Festive in Death, by JD Robb

>> Sunday, January 25, 2015

TITLE: Festive in Death
AUTHOR: JD Robb

COPYRIGHT: 2014
PAGES: 400
PUBLISHER: Putnam

SETTING: 2060s New York
TYPE: Police procedural & romance
SERIES: By my count, 41st full-length title in the In Death series

Eve Dallas deals with a homicide—and the holiday season—in the latest from the #1 New York Times bestselling author.

Personal trainer Trey Ziegler was in peak physical condition. If you didn't count the kitchen knife in his well-toned chest.

Lieutenant Eve Dallas soon discovers a lineup of women who'd been loved and left by the narcissistic gym rat. While Dallas sorts through the list of Ziegler's enemies, she's also dealing with her Christmas shopping list—plus the guest list for her and her billionaire husband's upcoming holiday bash.

Feeling less than festive, Dallas tries to put aside her distaste for the victim and solve the mystery of his death. There are just a few investigating days left before Christmas, and as New Year's 2061 approaches, this homicide cop is resolved to stop a cold-blooded killer.

Eve's latest case is the death of a womanising personal trainer. Someone's taken exception to his assholic approach to romance and stuck a knife in his chest. Meanwhile, it's coming up to the holidays and the now traditional Christmas party Roarke insists they host at their house.

Festive In Death is an unremarkable entry in the In Death series. I enjoyed reading it, but it's one of the more forgettable ones. There's just nothing here that stands out.

The case Eve is investigating is good, but not great. It's an interesting setup, and the investigation is well-done, as usual. The solution was a little bit surprising to me, which is good, but on the other hand, I don’t know just how much I believed it (especially the final flourish, if you can call it that). This element of the book is... competent, but has nothing to raise it above that. There is no particular urgency to get justice, Eve is not particularly affected by it on a personal level and it's not a particularly clever, intriguing premise. Just ok. It really needed some tension and suspense.

And I guess I could say similarly about the personal stuff. I liked visiting with these old friends, but they keep telling the same stories, so some of the set pieces felt a little bit tired this time. They were just a bit too predictable… “oh, here comes the scene where Trina slathers some gloop on Eve”. Hard to get excited about that.

I still do like Robb's characters, though, both the ones we know very well and the ones who have tiny bit parts in each book and we only meet for a little while. The first scene speaks of how well these characters have been created: the body is found by the victim’s ex and her friend, and the friend, who is unnamed in that initial scene, is clearly someone we know. And I could tell immediately who it was, just through how she spoke and reacted.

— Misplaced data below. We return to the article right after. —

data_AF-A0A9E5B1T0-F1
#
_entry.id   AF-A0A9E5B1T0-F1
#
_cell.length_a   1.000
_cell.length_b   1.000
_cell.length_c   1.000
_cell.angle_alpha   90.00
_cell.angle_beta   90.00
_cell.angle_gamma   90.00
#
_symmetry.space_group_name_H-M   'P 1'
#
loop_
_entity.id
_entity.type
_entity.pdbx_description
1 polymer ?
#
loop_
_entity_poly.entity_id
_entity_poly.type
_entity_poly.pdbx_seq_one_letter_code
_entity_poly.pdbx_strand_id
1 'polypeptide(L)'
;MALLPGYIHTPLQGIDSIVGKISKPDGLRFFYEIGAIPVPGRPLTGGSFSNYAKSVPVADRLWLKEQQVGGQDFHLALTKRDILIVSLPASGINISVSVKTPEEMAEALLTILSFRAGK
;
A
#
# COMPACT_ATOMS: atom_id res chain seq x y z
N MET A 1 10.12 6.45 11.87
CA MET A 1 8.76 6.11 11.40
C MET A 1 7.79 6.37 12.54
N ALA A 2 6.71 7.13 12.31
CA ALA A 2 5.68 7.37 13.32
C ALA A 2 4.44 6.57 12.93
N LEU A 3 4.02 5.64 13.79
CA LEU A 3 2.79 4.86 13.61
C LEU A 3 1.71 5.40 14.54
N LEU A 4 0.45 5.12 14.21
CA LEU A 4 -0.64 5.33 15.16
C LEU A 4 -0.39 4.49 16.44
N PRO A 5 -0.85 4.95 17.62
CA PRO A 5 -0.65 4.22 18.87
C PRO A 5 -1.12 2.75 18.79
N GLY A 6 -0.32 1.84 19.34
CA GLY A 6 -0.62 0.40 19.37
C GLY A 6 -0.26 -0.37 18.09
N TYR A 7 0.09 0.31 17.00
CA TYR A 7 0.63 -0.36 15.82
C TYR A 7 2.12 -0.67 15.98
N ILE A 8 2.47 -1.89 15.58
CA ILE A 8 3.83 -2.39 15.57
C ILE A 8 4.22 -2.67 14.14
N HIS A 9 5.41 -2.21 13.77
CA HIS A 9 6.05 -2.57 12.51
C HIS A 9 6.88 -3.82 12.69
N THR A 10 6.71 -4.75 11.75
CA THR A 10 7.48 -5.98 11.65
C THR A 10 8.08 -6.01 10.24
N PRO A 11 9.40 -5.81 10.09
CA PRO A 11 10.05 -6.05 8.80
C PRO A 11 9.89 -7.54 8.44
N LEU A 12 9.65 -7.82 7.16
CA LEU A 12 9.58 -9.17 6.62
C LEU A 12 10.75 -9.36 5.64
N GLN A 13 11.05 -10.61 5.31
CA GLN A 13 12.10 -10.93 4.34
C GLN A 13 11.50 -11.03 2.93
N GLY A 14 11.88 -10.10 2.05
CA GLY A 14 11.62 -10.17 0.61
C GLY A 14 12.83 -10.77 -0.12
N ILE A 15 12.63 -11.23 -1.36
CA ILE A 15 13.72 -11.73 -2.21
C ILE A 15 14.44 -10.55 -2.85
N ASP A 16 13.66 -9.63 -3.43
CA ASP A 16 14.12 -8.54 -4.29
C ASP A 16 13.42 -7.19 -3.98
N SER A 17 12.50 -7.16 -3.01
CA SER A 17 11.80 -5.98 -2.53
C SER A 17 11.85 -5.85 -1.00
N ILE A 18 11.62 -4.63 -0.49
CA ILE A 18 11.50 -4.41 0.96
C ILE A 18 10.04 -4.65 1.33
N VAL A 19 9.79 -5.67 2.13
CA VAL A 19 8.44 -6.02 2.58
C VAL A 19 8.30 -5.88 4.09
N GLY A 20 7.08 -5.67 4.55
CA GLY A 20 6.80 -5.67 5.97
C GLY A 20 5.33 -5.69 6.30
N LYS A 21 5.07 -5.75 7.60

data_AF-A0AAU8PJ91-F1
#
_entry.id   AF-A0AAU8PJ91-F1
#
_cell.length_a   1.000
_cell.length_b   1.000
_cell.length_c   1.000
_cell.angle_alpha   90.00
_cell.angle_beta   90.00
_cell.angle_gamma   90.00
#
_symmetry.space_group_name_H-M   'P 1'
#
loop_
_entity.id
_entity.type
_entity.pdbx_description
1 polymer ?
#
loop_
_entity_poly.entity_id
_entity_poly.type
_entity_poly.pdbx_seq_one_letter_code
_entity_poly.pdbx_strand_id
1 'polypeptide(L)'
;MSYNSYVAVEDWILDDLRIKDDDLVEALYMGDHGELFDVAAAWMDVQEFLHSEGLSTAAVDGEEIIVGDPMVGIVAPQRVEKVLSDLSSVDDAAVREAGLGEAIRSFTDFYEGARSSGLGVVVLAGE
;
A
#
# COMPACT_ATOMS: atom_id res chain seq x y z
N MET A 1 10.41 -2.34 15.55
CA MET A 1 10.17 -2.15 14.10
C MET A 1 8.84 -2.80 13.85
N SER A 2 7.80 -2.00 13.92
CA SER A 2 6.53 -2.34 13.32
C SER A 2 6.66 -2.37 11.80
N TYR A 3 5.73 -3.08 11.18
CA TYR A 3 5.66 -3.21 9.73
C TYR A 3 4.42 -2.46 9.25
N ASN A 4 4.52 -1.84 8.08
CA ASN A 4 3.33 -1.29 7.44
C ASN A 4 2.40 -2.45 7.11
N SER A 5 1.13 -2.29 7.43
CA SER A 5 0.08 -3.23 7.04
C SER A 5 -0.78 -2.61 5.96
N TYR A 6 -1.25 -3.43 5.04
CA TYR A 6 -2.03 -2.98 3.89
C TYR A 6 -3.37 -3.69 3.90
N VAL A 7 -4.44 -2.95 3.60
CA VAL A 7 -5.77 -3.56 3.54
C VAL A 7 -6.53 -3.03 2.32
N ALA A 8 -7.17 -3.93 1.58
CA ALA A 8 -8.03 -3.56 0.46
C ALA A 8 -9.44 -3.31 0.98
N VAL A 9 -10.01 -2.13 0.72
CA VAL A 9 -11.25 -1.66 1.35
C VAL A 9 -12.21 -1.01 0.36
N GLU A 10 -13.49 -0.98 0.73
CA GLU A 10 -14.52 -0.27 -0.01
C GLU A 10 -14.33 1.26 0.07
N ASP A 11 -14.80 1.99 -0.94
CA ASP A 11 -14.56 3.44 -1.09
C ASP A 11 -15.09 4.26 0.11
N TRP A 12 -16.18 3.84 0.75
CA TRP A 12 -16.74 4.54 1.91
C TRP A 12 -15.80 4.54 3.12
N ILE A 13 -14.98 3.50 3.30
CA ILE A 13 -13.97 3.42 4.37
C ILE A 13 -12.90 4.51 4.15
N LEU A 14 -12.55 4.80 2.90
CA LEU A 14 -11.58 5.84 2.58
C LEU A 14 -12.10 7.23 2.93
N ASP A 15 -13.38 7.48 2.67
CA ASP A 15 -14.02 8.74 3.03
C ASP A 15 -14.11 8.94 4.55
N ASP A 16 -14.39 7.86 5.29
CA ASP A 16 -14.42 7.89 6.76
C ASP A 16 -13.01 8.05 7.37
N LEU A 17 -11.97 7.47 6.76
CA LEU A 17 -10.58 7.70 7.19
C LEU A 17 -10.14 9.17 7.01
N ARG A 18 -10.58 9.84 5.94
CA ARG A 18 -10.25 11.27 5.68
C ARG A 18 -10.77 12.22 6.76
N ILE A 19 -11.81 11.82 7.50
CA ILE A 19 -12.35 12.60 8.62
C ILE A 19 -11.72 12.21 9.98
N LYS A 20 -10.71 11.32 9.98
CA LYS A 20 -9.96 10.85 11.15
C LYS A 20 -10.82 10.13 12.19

I also liked Eve’s continued minute progression. She continues to unbend a bit about loving the people who have become part of her life and showing it, and that's good to see. She's not as she was early in the series, but she's changed in a way that feels believable, especially if one has been with her every step of the way. Good stuff but, again, not surprising and by now not novel in any way.

Finally, I feel I should probably mention yet again (as I've done in my previous In Death reviews) that the OTT nature of Roarke as a character continues to not really fit in what the series has become. At least his role in Eve’s investigation was not particularly prominent here. When he did get involved, though, it felt strange and wrong. He goes on all sorts of random interviews as civilian consultant. Seriously, the police show up to question you and this world-famous billionaire businessman just happens to be along for the ride? I question that defence lawyers don’t have a ball with that.

MY GRADE: A B-.

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Back!

>> Tuesday, January 20, 2015

Hi, everyone, I'm finally back! I had a wonderful, long holiday, mostly spent playing with my baby newphew (who's now almost 2 and incredibly funny and sweet) and sitting by the swimming pool reading up a storm (see the book covers below).

Photo of my nephew
My little nephew drinking mate
I also did some travelling. Physical travelling (a weekend in Buenos Aires, which was fab), but also travelling through books. I spent time in space (Mars and further afield), and in lots of places on Earth. Various locations in the US and Britain, of course, and also places like Italy, Malaysia, Nigeria, Finland, not to mention the imaginary ones (think dragons, barbarians and all sort of cool things). I did have a fair few DNF and meh reads, but I did read several books that I'd been hoarding for my holidays, so a nice proportion of what I read was really good. I'll be posting reviews over the next weeks.

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Best books of 2014

>> Wednesday, December 31, 2014

2014 was a really good reading year for me. I read almost 170 books and found some I really loved.

It wasn't a great year for romance, though. I've been finding myself less and less interested in what's out there in the romance genre, so much so that for the first time since I started tracking my reading, over half of what I read was non-romance.

And also, while finding truly excellent non-romance books to include in this post was really easy (so much so that I've included a top 13, rather than a top 10, and there were several that narrowly missed out being there), I struggled to get enough romance novels I thought were good enough. I've ended up doing only a top 6!

Preparing this, I realised there are quite a few of these books I haven't yet reviewed. I find it hardest to review books I loved.... to write something that does these books justice, I guess! I've got half-written reviews for all of those, and I'll try to finish and post them early in the new year.

Best romance read in 2014


The Kraken King, by Meljean Brook

Of course there will be a Meljean Brook on this list. The Kraken King is a wonderful adventure romance. Fantastic world-building and great characters. It was a serial, so I've linked here to my review of part 8, which includes links to all the other parts. The serial format didn't quite work for me, but the story was more than strong enough to overcome that.




Mark of Cain, by Kate Sherwood

A romance between an ex-con and the brother of the man he killed, so very angsty. Sherwood develops it slowly, so it works. And in addition to the great romance, there is a real exploration of themes of redemption and forgiveness, as well as a hero who's an Anglican minister and is struggling with how his church deals with gay priests like him. Loved it.






The Countess Conspiracy, by Courtney Milan